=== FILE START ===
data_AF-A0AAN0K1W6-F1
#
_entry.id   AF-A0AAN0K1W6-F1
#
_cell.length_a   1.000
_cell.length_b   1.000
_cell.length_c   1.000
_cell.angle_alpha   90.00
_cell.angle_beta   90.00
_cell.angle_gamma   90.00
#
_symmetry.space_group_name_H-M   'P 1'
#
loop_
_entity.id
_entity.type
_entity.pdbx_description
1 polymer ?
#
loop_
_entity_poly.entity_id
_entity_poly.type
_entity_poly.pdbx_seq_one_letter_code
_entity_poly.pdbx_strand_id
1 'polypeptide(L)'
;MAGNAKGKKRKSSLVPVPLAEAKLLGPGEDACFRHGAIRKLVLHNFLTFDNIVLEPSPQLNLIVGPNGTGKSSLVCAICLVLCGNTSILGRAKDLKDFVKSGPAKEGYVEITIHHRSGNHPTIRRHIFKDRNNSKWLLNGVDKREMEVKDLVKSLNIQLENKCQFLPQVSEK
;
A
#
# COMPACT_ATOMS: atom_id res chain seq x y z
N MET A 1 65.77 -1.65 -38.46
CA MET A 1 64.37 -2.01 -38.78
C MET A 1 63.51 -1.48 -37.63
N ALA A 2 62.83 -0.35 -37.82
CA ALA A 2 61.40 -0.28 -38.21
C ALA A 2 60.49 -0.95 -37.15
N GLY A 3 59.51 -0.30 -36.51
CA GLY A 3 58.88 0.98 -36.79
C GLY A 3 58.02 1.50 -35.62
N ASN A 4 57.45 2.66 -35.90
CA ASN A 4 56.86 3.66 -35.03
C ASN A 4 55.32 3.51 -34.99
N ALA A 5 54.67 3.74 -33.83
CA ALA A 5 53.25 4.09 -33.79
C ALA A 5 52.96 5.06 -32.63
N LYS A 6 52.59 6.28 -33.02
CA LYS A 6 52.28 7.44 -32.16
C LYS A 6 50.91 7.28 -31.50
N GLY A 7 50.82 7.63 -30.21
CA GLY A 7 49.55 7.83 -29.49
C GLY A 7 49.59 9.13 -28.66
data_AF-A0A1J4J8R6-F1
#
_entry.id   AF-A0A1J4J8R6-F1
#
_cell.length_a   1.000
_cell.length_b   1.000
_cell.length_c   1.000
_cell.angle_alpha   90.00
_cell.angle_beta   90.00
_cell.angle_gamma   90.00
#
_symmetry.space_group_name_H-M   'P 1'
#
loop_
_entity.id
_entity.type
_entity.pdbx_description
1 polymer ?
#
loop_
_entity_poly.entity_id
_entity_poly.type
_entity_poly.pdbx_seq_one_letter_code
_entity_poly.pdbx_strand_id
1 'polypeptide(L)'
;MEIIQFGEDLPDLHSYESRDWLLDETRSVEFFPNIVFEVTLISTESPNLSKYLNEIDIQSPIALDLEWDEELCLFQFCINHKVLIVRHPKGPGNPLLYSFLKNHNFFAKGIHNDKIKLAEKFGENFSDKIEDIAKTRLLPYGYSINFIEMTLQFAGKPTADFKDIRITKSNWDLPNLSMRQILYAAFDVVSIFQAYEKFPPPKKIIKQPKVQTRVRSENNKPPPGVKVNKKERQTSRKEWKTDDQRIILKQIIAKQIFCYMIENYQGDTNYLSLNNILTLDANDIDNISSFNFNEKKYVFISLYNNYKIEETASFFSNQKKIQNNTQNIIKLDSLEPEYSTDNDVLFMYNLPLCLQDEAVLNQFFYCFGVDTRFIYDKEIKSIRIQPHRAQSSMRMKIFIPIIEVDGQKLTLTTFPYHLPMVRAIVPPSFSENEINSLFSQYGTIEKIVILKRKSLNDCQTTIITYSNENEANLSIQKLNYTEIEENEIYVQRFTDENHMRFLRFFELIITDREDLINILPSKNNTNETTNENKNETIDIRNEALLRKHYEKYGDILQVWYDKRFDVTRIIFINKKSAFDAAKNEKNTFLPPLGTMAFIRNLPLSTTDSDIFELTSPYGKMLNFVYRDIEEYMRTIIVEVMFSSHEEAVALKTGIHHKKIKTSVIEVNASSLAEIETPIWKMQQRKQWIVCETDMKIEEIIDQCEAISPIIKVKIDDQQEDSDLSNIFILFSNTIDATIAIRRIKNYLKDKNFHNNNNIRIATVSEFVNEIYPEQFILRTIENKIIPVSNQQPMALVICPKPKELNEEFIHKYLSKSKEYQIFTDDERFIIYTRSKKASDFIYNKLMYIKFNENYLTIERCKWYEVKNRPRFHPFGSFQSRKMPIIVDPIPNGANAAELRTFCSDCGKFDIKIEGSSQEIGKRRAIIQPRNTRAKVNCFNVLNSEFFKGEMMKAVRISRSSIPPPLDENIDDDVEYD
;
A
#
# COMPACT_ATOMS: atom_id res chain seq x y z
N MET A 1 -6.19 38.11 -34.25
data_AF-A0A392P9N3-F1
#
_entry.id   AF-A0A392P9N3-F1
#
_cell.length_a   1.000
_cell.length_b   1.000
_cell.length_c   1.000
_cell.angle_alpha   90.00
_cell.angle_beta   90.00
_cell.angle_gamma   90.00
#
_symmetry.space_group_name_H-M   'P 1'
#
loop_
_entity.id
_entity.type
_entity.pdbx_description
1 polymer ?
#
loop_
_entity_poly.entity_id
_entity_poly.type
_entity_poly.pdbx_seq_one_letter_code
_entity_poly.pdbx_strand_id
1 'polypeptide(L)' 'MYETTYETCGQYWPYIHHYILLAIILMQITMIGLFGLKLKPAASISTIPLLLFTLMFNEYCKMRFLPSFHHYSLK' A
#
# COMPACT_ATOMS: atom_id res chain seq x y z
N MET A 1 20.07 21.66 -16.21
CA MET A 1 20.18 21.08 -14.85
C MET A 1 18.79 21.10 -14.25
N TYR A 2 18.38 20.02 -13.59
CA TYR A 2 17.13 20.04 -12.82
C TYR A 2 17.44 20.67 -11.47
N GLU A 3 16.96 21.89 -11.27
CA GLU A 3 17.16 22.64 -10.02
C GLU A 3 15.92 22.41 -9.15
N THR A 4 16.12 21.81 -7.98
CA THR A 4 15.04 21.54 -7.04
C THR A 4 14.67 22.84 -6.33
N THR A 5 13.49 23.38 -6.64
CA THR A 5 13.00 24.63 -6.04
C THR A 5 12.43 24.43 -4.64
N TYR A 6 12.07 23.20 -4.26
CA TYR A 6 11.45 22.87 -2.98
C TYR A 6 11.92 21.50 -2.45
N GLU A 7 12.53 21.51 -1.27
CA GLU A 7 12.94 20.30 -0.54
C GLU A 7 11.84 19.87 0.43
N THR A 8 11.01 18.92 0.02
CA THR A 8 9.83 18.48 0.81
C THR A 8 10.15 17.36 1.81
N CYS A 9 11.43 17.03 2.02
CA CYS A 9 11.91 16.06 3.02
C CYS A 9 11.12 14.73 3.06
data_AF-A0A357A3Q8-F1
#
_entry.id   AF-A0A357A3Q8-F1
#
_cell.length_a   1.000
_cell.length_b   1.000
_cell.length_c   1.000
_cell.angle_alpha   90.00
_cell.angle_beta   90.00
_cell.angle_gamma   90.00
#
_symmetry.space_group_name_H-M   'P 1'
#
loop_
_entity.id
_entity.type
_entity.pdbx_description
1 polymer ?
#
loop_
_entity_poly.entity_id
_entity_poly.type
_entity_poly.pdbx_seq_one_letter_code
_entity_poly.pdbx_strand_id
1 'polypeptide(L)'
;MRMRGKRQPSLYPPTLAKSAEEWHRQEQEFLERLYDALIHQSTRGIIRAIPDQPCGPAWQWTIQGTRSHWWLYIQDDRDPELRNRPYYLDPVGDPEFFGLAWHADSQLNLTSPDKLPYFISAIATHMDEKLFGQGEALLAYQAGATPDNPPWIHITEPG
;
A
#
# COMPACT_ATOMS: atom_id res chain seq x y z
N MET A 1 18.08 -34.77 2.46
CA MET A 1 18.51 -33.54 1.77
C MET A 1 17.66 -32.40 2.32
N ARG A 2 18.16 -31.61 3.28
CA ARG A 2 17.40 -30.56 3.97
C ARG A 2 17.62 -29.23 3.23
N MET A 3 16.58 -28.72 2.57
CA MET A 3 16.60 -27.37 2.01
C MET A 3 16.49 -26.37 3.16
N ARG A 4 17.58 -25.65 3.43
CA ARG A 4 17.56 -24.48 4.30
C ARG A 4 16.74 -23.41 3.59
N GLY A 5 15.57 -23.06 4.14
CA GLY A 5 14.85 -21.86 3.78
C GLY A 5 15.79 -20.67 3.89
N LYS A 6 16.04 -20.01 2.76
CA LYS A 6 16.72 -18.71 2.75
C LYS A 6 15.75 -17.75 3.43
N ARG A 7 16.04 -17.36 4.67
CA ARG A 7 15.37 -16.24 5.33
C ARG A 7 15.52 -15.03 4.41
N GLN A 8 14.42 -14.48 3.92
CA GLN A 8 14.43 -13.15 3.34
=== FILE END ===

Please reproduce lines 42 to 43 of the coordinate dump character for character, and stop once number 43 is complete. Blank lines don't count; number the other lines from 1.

C ASN A 4 55.32 3.51 -34.99
N ALA A 5 54.67 3.74 -33.83